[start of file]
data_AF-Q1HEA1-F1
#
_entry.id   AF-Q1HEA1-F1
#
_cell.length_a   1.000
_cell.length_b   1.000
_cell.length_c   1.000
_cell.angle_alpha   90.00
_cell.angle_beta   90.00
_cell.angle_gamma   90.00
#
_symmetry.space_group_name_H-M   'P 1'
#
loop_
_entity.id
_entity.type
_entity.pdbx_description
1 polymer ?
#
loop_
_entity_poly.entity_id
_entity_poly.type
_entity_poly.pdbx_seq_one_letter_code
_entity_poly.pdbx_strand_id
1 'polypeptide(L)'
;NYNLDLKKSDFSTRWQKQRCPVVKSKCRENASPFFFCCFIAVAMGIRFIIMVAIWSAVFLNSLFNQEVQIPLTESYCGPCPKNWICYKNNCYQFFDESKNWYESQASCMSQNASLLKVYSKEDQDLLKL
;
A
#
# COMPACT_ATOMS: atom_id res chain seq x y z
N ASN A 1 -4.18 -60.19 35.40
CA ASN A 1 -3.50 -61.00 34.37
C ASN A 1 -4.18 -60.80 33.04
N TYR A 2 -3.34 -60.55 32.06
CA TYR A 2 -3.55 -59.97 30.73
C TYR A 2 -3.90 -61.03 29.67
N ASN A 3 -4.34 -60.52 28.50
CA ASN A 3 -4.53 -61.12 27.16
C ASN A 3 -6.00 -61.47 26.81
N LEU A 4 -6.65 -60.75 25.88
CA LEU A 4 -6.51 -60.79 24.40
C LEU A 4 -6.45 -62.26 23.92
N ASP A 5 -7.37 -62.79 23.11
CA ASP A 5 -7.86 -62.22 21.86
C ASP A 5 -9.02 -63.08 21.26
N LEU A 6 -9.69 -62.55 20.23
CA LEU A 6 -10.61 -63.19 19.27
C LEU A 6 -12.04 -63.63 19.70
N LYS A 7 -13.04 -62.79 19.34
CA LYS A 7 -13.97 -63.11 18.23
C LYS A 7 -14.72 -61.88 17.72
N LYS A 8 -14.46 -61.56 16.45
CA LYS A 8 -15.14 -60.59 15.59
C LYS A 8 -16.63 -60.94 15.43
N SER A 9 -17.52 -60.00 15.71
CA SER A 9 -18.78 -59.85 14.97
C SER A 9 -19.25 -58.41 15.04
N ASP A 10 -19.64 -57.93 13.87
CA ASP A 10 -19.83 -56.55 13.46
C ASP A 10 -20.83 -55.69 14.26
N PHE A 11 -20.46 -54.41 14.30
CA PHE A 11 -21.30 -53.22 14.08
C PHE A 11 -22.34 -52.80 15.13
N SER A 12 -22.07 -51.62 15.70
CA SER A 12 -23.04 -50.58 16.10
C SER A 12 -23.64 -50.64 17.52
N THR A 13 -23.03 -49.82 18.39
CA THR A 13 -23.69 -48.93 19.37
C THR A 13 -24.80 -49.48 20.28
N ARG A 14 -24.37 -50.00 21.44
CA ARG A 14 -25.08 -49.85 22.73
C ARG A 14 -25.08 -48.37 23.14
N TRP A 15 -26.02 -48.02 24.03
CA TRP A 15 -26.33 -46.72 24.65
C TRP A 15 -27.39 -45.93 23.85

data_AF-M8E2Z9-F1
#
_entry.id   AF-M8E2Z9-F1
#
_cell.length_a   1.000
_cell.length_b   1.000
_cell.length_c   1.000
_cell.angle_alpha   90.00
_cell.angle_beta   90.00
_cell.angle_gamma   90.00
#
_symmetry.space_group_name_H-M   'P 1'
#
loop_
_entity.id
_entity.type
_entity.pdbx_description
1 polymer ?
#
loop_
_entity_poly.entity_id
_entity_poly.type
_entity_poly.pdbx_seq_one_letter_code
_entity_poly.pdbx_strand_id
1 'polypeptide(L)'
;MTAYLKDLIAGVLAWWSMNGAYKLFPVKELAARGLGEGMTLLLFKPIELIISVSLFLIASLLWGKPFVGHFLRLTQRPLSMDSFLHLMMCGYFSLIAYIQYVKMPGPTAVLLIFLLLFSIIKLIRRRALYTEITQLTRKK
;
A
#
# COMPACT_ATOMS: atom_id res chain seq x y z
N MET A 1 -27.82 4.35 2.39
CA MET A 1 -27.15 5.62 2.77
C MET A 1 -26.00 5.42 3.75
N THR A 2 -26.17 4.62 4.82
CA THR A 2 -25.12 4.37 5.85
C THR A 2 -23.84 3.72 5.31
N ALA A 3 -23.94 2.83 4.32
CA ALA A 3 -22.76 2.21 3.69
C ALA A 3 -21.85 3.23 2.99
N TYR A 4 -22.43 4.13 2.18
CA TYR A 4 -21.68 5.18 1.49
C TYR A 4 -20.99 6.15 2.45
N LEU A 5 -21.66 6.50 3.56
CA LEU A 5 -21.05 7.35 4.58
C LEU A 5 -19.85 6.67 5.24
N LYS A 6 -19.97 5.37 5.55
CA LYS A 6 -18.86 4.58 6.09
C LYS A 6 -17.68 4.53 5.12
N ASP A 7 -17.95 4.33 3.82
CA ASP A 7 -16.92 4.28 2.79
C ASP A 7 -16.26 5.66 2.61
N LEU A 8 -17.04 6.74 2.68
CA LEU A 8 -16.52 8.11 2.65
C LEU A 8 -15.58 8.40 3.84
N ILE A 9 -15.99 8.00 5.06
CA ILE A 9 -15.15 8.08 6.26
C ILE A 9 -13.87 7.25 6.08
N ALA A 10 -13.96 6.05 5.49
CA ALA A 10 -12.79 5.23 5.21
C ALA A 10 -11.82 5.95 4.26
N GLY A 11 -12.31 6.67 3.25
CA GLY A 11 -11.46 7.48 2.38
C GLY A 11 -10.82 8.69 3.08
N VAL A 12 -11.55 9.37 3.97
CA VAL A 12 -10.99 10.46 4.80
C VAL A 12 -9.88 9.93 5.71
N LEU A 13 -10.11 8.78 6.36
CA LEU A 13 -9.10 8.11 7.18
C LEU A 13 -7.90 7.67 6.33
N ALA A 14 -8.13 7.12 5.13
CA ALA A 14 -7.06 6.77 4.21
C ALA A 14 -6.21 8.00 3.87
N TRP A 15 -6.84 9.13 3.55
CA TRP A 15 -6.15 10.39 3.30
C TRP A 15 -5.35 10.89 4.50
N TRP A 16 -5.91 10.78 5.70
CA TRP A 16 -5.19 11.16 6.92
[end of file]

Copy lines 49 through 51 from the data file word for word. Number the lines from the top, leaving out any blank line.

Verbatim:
N LYS A 7 -13.04 -62.79 19.34
CA LYS A 7 -13.97 -63.11 18.23
C LYS A 7 -14.72 -61.88 17.72